Fresno Food Commons, an organization devoted to building a stronger local food system, took its first major step Thursday by taking over a long-running food subscription service operated by pioneering Madera organic growers T&D Willey Farms.
The Willey’s weekly produce box deliveries, known as community supported agriculture, or CSA, will be renamed Out Of Our Own Backyards, or Ooooby Fresno.
The partnership was announced Thursday. City officials, supporters and members of Fresno Food Commons met at the organization’s newly renovated office, 504 E. Belmont Ave.
Fresno Mayor Ashley Swearengin said Fresno Food Commons’ launch is part of a larger goal to help to create jobs, improve access to local food and developing stronger connections between farmers, buyers and consumers.
“Fresno Food Commons brings together so many things that we are trying to accomplish in our neighborhoods,” Swearengin said.
Kiel Schmidt, business development manager at Fresno Food Commons, said the organization was fortunate that the Willeys, who operated one of the earliest CSAs in the San Joaquin Valley, agreed to sell the service to Fresno Food Commons.
“We will look at strategies to build on what the Willeys have created,” Schmidt said. “It is a great business and we did not want to see it end when they retire.”
600customers are supplied with freshly picked produce by the T&D Willey Farms box service
At its height, the Willey’s CSA had more than 800 customers, who were supplied with freshly picked produce. Fresno Food Commons said the CSA’s customer base is at about 600 today. It will continue to use 22 designated drop-off sites where customers can pick up their boxes.
“We are very excited to hand this off to a community-based organization that has the vision to take this to bigger and higher places,” said farmer Tom Willey.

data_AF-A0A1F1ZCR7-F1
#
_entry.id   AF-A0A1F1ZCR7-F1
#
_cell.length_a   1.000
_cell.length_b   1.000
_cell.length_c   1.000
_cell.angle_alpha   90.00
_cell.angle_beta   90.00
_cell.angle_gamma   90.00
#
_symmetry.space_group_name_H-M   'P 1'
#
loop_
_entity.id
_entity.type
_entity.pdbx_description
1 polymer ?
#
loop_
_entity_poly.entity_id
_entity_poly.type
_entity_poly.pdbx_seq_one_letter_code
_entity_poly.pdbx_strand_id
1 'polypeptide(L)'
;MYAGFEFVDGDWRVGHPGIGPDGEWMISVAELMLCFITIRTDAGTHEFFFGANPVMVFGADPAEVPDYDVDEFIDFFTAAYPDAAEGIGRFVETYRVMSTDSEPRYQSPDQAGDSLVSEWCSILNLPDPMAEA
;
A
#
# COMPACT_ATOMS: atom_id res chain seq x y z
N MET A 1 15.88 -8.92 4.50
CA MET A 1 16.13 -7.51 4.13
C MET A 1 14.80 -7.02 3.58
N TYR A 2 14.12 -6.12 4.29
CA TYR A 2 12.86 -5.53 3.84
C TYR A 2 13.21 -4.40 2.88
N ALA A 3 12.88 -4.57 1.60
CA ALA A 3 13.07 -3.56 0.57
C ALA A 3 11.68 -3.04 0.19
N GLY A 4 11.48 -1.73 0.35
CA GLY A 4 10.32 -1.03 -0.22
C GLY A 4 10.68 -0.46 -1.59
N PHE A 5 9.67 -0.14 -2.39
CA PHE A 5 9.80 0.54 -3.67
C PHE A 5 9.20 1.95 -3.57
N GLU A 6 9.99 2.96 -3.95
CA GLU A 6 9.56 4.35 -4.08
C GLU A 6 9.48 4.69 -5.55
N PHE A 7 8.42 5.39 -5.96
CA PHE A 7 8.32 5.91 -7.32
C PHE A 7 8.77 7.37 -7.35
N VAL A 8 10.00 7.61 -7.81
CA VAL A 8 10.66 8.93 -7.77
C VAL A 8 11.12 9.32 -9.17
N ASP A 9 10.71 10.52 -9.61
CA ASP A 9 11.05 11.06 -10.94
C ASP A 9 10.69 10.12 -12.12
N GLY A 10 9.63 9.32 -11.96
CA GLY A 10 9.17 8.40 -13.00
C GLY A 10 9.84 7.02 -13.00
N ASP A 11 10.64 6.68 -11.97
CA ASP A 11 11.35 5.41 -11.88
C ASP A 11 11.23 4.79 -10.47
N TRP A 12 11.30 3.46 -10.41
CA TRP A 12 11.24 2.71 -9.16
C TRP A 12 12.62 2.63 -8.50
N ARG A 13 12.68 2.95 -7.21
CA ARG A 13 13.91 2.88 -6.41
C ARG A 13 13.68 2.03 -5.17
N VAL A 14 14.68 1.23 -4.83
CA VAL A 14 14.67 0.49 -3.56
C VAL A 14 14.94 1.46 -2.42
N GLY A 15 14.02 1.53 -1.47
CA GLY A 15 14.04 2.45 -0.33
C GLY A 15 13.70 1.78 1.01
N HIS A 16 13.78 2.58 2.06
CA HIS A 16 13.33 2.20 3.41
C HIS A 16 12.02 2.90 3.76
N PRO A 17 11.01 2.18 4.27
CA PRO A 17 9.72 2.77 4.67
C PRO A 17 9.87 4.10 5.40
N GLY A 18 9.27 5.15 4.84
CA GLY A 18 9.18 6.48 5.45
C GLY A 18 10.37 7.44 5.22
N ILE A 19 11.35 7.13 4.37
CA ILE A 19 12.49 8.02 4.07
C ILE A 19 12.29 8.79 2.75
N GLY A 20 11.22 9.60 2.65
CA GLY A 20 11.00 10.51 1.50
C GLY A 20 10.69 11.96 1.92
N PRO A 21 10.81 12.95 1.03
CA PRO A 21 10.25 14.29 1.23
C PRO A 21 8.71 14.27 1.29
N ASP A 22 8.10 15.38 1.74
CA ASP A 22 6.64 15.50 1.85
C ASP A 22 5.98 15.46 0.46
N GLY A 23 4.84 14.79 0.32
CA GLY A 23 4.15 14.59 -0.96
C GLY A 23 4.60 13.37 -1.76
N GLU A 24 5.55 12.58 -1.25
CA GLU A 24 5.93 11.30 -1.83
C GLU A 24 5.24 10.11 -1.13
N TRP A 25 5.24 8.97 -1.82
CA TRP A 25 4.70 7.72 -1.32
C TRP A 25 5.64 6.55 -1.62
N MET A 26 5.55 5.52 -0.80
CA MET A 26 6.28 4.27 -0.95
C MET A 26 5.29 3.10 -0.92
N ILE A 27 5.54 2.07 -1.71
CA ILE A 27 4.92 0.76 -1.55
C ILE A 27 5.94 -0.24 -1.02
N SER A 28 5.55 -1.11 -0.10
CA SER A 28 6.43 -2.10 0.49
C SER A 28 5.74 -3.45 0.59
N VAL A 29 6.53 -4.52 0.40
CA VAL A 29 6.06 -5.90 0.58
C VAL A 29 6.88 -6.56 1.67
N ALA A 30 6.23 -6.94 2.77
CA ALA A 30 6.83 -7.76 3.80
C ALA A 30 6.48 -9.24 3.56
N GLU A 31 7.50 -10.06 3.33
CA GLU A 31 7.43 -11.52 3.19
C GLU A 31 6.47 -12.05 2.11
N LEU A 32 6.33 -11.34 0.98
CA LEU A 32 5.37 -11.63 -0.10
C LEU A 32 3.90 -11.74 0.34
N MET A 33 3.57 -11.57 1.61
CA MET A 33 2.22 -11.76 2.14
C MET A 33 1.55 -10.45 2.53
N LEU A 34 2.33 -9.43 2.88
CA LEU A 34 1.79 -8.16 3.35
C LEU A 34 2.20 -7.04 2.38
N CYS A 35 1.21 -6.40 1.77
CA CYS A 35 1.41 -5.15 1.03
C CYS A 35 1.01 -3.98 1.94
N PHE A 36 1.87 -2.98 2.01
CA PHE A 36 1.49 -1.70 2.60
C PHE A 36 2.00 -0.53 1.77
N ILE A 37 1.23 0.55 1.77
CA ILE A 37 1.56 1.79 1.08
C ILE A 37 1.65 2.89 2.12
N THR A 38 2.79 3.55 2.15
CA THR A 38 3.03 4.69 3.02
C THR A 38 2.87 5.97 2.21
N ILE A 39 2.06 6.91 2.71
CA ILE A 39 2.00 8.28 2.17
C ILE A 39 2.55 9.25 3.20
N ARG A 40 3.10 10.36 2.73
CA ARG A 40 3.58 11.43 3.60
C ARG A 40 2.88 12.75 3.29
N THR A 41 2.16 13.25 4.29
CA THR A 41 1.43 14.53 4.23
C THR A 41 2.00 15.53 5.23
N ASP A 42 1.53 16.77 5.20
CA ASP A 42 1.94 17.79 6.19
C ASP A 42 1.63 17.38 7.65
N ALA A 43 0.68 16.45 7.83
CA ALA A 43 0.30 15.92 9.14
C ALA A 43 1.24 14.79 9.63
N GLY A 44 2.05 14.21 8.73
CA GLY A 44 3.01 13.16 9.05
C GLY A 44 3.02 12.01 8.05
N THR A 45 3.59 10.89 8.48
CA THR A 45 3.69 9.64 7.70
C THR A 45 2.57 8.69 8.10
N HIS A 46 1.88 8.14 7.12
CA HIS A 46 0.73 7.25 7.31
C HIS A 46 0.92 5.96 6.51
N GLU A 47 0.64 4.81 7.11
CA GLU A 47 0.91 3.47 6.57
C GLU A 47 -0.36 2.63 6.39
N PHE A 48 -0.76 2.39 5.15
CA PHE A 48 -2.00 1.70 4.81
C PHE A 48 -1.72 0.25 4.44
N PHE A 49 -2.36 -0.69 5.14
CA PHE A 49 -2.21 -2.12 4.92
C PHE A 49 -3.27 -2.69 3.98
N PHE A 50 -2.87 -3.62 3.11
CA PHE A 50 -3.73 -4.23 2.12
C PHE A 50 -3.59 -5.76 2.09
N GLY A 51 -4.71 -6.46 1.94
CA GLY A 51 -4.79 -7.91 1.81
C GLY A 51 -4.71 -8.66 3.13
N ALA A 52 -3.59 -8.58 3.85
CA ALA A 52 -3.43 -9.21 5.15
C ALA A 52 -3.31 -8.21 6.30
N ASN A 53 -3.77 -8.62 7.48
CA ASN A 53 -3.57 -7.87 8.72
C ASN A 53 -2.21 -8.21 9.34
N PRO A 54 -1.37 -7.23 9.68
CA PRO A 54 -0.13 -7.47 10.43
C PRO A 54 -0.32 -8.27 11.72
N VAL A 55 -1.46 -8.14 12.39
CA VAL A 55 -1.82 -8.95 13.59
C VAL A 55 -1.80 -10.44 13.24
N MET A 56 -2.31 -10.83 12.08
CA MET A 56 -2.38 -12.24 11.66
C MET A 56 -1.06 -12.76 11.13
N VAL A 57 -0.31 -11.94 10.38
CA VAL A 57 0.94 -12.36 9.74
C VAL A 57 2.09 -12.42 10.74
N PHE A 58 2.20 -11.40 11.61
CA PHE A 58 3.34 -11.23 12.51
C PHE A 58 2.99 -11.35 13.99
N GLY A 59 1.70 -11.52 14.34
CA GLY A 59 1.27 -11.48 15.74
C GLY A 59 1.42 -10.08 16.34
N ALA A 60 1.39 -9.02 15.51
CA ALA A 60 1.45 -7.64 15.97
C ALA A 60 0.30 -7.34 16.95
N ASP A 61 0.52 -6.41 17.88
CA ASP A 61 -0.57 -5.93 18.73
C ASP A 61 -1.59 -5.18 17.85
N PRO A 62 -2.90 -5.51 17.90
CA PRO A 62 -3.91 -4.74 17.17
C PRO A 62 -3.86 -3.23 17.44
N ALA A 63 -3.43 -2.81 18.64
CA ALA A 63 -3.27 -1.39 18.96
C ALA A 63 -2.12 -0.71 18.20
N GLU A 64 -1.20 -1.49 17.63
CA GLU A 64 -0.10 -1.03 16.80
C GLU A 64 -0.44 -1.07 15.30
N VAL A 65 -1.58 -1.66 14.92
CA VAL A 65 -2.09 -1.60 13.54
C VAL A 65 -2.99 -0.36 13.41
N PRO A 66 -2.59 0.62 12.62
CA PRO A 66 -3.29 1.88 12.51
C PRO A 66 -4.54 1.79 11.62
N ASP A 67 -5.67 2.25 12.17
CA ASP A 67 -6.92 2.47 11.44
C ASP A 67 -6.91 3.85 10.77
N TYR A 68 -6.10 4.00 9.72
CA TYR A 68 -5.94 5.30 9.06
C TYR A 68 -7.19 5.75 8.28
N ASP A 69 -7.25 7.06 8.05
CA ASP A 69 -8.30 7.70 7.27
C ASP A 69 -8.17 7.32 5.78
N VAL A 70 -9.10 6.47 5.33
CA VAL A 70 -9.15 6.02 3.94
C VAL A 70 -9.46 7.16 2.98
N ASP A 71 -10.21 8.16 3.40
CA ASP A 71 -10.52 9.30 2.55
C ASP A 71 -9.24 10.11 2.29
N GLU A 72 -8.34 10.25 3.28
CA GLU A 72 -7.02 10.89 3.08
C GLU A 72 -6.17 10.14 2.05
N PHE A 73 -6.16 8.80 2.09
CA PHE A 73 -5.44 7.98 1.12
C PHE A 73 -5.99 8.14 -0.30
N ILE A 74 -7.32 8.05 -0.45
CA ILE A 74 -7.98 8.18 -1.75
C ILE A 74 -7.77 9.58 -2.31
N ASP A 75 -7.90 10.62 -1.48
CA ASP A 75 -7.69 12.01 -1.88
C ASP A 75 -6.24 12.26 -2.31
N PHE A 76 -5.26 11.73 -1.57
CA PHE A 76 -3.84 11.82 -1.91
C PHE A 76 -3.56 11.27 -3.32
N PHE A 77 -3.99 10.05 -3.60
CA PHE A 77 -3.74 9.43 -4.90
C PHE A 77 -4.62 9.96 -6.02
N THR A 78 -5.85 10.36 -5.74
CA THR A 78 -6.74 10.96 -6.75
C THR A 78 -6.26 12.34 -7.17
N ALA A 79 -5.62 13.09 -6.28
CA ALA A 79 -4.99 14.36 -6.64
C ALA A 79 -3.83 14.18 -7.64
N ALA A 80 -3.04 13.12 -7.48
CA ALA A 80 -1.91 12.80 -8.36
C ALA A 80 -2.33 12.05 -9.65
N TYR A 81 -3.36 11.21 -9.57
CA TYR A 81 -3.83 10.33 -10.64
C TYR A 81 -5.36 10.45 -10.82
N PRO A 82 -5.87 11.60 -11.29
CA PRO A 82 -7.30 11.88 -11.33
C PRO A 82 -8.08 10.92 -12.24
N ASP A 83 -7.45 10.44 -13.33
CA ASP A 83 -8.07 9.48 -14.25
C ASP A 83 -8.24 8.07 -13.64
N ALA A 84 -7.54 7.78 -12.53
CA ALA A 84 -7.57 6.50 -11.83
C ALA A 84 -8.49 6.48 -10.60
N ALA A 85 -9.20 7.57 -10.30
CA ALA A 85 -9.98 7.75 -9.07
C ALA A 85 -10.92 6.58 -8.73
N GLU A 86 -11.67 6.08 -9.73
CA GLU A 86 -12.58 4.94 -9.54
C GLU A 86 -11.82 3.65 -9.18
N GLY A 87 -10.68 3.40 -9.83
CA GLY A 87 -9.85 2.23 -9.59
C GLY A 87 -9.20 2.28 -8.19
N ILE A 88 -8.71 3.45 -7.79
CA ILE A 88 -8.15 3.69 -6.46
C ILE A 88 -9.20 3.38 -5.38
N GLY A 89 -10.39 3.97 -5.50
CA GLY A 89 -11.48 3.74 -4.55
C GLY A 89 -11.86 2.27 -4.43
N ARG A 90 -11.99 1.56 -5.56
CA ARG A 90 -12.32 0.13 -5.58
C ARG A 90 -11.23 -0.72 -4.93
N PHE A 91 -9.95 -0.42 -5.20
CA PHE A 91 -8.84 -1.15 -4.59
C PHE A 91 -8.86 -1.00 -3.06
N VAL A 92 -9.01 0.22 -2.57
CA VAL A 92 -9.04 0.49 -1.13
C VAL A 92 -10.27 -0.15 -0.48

The Willeys will remain a part of the CSA by contributing a majority of the produce in the box. Other farmers participating include D.E. Boldt in Parlier, Tower Urban Family Farms in Fresno, Sweet Home Ranch in Dinuba and Burroughs Family Farm in Stanislaus County.
Schmidt said Fresno Food Commons is working on getting the approval to make food products, like jams or pies, and adding them as an option to the CSA boxes. Later this summer, the organization plans to deliver boxes to homes in certain areas and will offer customers the chance to customize what goes in their box.
The organization also plans to roll out a mobile food truck that will sell produce in areas without easy access to grocery stores.
Creators of the Food Commons concept were also at Thursday’s event. Larry Yee, a co-founder of the parent organization, said Fresno’s group is a prototype of what it would like to duplicate across the country.
In a way, Yee said, Food Commons is trying to revive a food system that existed years ago where local farmers predominately supplied food to local and regional retailers.
“But we would like to give it a 21st century spin with technology and efficiencies,” Yee said. “And to us, Fresno is an ideal place to launch the first prototype.”
Organizers said the launch of Fresno Food Commons would not be possible without the support of the Fresno Regional Foundation, Fresno Business Council, Fresno Metro Ministry, City of Fresno and the California Department of Food and Agriculture.
Community Open House
Food Commons Fresno welcomes the public to the launch of its new venture, Ooooby Fresno.
▪ When: Sunday, May 31, 10 a.m. to 1 p.m.
▪ Where: 504 E. Belmont Ave, corner of Belmont and Roosevelt avenues in central Fresno
▪ Details: www.foodcommonsfresno.org